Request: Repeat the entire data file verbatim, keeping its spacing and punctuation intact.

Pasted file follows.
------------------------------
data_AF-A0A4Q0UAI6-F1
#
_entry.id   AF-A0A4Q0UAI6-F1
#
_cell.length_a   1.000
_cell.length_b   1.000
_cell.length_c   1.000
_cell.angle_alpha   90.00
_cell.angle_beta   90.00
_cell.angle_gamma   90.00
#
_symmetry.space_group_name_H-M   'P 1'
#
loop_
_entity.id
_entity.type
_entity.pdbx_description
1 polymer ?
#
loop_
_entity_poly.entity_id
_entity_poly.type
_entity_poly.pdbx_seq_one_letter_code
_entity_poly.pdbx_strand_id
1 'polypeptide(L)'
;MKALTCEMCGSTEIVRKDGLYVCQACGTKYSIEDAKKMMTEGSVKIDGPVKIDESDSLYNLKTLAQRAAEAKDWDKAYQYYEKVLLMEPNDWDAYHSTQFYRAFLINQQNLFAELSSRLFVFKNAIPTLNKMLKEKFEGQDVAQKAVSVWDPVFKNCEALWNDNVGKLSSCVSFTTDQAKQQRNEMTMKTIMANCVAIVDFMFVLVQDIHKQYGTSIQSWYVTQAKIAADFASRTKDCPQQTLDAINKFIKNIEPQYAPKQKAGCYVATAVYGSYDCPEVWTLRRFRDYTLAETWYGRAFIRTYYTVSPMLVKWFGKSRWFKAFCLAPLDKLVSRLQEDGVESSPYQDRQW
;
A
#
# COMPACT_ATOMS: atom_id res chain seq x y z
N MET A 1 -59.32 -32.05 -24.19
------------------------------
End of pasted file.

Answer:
data_AF-A0A4Q0UAI6-F1
#
_entry.id   AF-A0A4Q0UAI6-F1
#
_cell.length_a   1.000
_cell.length_b   1.000
_cell.length_c   1.000
_cell.angle_alpha   90.00
_cell.angle_beta   90.00
_cell.angle_gamma   90.00
#
_symmetry.space_group_name_H-M   'P 1'
#
loop_
_entity.id
_entity.type
_entity.pdbx_description
1 polymer ?
#
loop_
_entity_poly.entity_id
_entity_poly.type
_entity_poly.pdbx_seq_one_letter_code
_entity_poly.pdbx_strand_id
1 'polypeptide(L)'
;MKALTCEMCGSTEIVRKDGLYVCQACGTKYSIEDAKKMMTEGSVKIDGPVKIDESDSLYNLKTLAQRAAEAKDWDKAYQYYEKVLLMEPNDWDAYHSTQFYRAFLINQQNLFAELSSRLFVFKNAIPTLNKMLKEKFEGQDVAQKAVSVWDPVFKNCEALWNDNVGKLSSCVSFTTDQAKQQRNEMTMKTIMANCVAIVDFMFVLVQDIHKQYGTSIQSWYVTQAKIAADFASRTKDCPQQTLDAINKFIKNIEPQYAPKQKAGCYVATAVYGSYDCPEVWTLRRFRDYTLAETWYGRAFIRTYYTVSPMLVKWFGKSRWFKAFCLAPLDKLVSRLQEDGVESSPYQDRQW
;
A
#
# COMPACT_ATOMS: atom_id res chain seq x y z
N MET A 1 -59.32 -32.05 -24.19